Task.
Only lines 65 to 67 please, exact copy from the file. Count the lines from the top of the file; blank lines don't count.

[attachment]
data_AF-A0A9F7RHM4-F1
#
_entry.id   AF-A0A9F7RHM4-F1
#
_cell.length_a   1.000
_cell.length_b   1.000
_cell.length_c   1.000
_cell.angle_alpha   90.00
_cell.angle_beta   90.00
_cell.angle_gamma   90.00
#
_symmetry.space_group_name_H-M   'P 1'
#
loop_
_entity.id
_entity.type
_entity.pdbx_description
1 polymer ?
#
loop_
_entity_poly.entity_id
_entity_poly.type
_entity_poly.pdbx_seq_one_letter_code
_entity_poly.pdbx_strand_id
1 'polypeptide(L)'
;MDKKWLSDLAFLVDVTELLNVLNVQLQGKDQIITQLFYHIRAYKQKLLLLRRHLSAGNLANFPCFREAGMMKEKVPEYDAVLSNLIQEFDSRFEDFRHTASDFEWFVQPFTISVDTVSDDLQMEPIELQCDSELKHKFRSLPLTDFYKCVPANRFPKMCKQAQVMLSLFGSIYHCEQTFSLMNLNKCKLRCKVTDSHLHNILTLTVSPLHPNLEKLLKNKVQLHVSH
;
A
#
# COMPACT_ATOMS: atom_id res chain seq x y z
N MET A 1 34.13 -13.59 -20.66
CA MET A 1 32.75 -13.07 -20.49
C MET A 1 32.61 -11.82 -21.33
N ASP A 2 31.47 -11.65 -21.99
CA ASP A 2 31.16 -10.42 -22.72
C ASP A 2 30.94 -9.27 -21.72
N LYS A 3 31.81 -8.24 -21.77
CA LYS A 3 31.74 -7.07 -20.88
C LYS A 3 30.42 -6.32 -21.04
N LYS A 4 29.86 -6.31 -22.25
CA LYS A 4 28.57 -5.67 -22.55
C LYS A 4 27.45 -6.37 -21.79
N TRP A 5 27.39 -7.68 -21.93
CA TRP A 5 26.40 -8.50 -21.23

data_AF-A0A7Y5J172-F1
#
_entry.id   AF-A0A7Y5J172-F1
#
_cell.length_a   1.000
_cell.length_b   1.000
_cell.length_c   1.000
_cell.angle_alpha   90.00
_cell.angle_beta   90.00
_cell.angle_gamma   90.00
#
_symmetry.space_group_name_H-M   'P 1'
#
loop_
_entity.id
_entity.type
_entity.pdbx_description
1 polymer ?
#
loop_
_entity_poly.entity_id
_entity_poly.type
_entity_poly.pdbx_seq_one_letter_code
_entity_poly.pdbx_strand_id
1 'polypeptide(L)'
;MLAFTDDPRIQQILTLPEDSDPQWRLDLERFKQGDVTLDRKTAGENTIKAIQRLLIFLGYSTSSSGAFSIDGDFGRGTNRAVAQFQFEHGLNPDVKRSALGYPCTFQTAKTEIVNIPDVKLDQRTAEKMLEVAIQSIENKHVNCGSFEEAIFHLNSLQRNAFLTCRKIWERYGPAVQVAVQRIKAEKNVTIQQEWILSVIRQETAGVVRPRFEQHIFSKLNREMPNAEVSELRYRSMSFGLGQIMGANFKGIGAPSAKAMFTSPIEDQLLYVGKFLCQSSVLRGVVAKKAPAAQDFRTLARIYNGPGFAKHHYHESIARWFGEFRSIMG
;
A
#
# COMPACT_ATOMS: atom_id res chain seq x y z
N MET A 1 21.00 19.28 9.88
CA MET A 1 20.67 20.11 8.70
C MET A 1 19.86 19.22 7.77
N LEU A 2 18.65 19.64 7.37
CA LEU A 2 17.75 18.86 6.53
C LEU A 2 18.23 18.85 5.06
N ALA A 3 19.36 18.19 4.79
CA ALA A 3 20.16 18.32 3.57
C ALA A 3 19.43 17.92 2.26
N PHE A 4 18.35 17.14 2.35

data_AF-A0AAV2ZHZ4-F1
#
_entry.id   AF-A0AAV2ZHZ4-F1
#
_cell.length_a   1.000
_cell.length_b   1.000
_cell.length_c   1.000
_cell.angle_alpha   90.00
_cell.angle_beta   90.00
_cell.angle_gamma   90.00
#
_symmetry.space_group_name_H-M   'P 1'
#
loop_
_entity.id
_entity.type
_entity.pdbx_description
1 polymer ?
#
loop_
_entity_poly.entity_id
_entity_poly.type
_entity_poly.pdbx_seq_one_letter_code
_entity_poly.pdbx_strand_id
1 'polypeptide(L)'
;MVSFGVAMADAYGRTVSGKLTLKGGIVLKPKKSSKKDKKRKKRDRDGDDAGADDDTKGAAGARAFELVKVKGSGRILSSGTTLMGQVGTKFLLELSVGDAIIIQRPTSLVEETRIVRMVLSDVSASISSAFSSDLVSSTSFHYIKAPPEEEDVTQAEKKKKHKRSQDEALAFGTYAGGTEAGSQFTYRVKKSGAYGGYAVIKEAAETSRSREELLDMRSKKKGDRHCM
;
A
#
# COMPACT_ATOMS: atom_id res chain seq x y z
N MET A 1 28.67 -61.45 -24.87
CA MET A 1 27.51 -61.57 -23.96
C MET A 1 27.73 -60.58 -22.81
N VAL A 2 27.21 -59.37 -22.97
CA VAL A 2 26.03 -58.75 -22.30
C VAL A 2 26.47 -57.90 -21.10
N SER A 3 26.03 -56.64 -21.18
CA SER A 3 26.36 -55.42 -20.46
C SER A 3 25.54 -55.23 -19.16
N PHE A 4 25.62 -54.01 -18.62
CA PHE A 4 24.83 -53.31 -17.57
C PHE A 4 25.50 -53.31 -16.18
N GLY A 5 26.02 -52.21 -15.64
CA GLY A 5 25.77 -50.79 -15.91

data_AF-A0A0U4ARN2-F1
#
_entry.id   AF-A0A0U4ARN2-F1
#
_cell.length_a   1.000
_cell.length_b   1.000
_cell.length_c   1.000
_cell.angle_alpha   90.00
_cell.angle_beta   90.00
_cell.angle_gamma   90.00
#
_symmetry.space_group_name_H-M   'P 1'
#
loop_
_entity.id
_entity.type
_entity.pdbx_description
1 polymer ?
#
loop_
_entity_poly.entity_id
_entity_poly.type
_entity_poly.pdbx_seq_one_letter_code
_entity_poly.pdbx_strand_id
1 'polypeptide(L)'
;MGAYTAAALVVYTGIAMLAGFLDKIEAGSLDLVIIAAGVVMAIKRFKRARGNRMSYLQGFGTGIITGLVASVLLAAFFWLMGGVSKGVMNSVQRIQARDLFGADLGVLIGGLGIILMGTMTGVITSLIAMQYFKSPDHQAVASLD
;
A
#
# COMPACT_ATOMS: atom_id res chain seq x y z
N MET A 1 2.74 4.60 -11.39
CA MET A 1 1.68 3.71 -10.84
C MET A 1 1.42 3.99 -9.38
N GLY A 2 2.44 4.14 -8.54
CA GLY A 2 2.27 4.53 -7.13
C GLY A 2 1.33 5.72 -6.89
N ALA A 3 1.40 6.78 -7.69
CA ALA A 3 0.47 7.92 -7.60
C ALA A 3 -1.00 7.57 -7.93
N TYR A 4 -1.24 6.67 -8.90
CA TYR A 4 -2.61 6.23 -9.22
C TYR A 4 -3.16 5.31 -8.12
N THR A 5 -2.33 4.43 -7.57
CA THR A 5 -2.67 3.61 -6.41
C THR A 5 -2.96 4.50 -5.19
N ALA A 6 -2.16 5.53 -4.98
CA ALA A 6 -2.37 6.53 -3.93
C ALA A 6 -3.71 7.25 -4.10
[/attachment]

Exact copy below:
_entity_poly.entity_id
_entity_poly.type
_entity_poly.pdbx_seq_one_letter_code